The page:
Brian C.K.: Yeah. Okay, let's get to some action. We always like to make sure that by the end of this our listeners know what they can actually do. What questions they can be asking to support you and your mission with their voice, their vote, and their dollar. So let's start with their voice. What are the big actionable questions that we should all be asking of our representatives?
Catherine V.: Yeah. I mean I think I would start with, what are your policy priorities? And what are you doing? What have you been called to the state house, or the state senate to do? So I think a lot of people just need to get to know their state representatives. It's kind of a weird level of office. I think, I live in New York, and in someways the city counsel and people who are representing me on a hyper-local level are more visible, and then obviously senators and that sort of thing are visible. But I feel like state senators, and state house rep [inaudible 00:55:08] kind of seem like they're under the radar. So looking up who you're state rep is, and what party they represent, and learning more about what they are standing for. And then kind of voicing your interests, I think, is a good way to just start getting involved.
Catherine V.: And I think, you might think, "Oh I live in a super blue state." Or, "A super red state. What can that do?" But I do think that it's amazing how much more time you can get with a state rep. If you call up your senators office, or even your [inaudible 00:55:45] persons office, you're going to get a staffer, and they might write down a tally. But when we talk with our candidates, they are hosting office hours at the Starbucks on the road that you drive on every day. They are there to talk to you, not just hosting a town hall, but actually speaking individually with their constituents. So I think, get to know your state rep, or state senator. And see what they're working on and what you can do, because I think the policies that they pass have a huge impact. Vote? Is that next? Dollar?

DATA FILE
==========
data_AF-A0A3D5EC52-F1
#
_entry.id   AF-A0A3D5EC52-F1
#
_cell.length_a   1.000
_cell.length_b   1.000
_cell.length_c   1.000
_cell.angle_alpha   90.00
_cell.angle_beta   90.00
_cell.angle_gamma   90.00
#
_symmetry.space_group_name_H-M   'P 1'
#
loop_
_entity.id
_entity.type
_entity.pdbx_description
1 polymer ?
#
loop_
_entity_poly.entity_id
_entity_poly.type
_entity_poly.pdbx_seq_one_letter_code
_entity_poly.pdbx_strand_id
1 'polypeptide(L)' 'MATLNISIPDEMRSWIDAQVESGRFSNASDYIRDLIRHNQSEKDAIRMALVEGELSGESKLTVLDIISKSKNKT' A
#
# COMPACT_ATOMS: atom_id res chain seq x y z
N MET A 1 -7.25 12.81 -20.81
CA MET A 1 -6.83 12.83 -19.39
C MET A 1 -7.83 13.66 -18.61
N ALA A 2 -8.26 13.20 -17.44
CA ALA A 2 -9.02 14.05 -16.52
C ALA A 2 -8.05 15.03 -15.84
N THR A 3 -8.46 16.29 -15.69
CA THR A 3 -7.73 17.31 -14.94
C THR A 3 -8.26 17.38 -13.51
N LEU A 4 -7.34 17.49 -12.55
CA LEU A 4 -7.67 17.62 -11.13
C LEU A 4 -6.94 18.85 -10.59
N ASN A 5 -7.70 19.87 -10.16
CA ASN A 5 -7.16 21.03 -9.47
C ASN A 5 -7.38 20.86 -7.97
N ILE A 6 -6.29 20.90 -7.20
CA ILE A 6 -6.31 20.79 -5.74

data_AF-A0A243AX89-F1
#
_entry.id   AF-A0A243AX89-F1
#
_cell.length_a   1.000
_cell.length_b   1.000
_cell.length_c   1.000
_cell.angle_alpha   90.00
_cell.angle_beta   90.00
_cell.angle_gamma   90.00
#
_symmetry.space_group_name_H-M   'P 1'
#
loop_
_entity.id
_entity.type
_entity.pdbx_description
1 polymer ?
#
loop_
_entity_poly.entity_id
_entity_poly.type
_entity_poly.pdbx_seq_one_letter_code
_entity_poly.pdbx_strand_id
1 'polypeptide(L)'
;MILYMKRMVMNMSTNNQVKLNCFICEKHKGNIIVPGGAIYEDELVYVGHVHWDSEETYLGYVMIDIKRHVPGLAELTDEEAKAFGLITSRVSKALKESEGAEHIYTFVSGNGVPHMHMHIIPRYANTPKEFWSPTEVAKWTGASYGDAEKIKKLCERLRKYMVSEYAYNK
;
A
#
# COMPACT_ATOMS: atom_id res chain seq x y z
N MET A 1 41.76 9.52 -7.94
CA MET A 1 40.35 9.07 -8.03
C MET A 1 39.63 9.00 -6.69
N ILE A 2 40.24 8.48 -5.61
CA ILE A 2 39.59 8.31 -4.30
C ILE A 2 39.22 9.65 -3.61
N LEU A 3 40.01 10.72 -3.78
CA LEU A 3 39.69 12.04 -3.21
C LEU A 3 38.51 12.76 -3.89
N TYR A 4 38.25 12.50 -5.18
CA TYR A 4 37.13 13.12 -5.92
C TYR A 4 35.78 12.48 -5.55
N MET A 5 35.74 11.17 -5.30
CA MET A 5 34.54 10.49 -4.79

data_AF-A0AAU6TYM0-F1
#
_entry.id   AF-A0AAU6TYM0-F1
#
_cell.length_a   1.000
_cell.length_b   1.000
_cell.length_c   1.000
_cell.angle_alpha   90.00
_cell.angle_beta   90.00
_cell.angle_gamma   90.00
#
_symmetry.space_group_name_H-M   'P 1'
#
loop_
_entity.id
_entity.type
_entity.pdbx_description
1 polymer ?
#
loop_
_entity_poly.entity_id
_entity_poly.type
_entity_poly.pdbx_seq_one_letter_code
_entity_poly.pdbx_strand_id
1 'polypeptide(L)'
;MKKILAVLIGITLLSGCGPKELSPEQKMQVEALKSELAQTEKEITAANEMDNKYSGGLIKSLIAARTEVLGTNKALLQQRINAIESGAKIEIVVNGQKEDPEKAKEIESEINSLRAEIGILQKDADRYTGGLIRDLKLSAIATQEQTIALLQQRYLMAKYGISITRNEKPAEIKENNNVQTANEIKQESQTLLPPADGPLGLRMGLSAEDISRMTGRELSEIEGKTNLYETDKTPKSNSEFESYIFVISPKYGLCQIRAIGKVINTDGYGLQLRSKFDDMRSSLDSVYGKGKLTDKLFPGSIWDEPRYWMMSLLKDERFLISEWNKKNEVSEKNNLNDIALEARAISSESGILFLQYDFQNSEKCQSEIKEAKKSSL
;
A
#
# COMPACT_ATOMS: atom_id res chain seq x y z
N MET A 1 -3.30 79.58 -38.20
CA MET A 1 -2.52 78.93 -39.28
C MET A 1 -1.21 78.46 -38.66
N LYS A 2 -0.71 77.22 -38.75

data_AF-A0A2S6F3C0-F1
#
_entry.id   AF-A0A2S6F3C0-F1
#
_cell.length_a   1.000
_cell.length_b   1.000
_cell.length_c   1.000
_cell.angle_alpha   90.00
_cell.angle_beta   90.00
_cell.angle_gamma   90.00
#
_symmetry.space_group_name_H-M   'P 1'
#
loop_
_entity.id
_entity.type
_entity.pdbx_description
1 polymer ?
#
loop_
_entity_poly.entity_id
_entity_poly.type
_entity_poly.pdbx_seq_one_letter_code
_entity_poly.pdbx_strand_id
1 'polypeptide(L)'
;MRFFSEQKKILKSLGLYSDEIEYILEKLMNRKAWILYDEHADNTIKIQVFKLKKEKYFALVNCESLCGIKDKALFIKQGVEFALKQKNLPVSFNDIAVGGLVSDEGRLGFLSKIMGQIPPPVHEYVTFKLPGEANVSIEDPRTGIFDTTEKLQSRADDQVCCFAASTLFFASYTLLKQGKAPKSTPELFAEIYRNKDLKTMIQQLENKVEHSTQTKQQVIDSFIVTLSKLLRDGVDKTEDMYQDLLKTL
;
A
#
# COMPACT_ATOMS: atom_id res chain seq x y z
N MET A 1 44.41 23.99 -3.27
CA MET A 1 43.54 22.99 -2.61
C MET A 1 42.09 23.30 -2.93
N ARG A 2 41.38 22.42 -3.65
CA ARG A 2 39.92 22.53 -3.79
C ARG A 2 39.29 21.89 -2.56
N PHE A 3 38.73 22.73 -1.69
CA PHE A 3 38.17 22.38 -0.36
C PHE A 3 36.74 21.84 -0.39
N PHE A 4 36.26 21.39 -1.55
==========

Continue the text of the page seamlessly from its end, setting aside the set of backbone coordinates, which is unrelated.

Quinn Emmett: Yeah. Vote-
Brian C.K.: By the way, I just want to say, that's such a great answer. We get a lot of great answers to this question. And they're always very specific to what we're talking about. I don't think anybody has said yet just like, "Go ask, 'Hey who are you? Why are you here? What are you doing?'" That's such a good one. Like how about that first? That's great.
Quinn Emmett: ... It's like ... And I think you will be so redeemed by it. It's like the first time you went to ... And Brian, I cannot imagine any world that you did this, but the first time you went to office hours with your college professor, and you were like, "Oh yeah, yeah, yeah, office hours." And then you go and you're just like, "That was great. They're like a human who can talk to me." And that's the whole point of office hours.
Catherine V.: Exactly what it's like. I feel like in college [crosstalk 00:56:58] being afraid of professors, and being like, "Oh my [inaudible 00:57:01]." Whatever, and it was like so rewarding when I actually had a good conversation with one.